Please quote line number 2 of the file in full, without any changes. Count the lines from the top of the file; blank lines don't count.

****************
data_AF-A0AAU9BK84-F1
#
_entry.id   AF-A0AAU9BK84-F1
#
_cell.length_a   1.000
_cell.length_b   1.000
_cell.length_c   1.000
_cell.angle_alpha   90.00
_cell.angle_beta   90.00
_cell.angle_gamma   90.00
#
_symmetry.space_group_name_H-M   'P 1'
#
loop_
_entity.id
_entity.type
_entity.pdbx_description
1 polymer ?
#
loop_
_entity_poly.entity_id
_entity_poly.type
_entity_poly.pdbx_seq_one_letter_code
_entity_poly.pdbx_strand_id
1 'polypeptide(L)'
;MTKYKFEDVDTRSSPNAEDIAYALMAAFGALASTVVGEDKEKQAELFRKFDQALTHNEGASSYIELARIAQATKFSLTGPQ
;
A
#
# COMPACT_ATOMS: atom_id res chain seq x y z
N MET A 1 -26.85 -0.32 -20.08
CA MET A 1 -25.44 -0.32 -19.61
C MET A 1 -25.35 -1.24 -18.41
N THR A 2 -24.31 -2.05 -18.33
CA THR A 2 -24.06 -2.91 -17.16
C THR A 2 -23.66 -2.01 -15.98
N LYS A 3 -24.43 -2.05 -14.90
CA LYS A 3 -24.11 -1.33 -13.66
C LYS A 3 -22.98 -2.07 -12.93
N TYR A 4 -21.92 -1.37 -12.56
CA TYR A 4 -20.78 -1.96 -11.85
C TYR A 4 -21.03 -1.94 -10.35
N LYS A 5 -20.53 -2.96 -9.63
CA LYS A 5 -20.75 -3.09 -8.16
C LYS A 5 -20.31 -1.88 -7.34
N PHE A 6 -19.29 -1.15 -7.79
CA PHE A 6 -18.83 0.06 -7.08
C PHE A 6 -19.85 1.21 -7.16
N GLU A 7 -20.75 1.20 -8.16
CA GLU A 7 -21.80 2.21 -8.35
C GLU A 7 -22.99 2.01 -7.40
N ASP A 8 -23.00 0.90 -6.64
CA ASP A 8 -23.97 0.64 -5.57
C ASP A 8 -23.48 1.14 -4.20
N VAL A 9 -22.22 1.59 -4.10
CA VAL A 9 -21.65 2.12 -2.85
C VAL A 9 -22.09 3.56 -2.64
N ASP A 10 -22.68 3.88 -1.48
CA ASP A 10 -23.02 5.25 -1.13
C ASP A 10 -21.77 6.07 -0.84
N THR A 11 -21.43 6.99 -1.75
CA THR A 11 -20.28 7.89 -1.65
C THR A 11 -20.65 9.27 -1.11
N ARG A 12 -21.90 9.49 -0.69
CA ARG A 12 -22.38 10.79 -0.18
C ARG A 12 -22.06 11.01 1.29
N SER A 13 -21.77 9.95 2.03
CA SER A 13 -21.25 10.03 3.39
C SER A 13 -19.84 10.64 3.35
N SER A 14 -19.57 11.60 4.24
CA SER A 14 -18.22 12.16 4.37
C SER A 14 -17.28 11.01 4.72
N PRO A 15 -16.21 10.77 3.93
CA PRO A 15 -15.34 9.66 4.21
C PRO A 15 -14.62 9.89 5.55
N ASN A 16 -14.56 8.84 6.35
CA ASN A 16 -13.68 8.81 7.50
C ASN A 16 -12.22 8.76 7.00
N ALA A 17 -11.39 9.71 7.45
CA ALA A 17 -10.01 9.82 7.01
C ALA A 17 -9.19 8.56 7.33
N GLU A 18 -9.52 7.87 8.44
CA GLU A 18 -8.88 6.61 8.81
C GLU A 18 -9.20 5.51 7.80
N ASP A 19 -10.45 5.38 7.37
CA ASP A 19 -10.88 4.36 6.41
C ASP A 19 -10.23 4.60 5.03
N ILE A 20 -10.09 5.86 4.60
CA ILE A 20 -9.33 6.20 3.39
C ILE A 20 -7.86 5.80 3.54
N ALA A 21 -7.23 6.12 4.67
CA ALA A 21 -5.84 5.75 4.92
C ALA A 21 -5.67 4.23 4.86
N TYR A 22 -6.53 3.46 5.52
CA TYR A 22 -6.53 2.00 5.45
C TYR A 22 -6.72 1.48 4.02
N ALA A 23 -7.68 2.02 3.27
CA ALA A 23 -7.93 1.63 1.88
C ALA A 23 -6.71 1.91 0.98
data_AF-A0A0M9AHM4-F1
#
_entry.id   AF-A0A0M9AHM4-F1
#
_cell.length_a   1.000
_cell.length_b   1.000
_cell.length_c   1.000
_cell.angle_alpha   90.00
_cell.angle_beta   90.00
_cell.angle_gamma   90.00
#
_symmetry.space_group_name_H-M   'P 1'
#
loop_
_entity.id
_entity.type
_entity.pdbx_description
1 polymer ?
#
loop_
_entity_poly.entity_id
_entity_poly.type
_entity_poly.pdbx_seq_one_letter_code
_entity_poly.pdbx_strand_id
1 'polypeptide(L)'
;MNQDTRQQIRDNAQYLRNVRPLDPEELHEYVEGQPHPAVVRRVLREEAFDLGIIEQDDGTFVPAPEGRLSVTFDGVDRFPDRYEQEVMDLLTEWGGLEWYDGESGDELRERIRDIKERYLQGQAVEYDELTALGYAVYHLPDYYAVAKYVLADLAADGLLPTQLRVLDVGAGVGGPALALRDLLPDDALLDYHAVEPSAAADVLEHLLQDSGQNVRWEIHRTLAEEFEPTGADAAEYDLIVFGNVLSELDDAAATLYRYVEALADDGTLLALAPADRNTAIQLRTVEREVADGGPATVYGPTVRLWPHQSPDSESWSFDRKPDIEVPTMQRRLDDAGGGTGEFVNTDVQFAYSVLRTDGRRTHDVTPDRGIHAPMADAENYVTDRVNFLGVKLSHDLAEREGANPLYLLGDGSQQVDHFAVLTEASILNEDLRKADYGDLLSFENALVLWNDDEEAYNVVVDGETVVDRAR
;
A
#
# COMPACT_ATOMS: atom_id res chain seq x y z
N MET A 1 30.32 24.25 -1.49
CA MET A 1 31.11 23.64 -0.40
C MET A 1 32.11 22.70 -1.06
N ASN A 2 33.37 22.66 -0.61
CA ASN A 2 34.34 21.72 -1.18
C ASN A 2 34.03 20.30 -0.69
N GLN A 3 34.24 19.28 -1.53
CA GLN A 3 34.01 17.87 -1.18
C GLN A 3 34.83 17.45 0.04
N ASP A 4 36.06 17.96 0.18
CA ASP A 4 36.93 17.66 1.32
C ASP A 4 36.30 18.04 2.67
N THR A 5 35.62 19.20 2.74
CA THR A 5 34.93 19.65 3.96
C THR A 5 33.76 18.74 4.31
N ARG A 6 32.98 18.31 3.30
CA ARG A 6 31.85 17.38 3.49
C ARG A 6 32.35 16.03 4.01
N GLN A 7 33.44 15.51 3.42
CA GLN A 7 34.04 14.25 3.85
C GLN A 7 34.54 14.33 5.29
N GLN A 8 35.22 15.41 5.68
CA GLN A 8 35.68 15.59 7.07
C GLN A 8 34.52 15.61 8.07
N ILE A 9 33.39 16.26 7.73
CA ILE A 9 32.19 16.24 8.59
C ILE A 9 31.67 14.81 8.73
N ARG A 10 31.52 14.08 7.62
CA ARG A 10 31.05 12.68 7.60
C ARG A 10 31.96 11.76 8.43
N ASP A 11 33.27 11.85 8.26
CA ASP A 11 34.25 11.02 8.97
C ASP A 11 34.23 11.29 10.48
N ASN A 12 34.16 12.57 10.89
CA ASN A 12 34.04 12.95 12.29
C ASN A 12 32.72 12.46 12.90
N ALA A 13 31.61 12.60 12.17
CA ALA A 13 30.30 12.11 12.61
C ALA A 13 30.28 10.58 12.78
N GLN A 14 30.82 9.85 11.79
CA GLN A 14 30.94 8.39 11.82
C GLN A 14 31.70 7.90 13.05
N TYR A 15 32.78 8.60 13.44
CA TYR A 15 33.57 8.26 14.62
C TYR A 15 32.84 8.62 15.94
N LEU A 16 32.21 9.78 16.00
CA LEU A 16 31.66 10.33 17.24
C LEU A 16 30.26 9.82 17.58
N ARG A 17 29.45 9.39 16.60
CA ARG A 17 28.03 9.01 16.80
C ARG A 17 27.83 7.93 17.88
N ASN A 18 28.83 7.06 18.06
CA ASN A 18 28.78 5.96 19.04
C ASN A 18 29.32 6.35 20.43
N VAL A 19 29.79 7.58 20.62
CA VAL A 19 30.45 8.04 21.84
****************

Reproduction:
#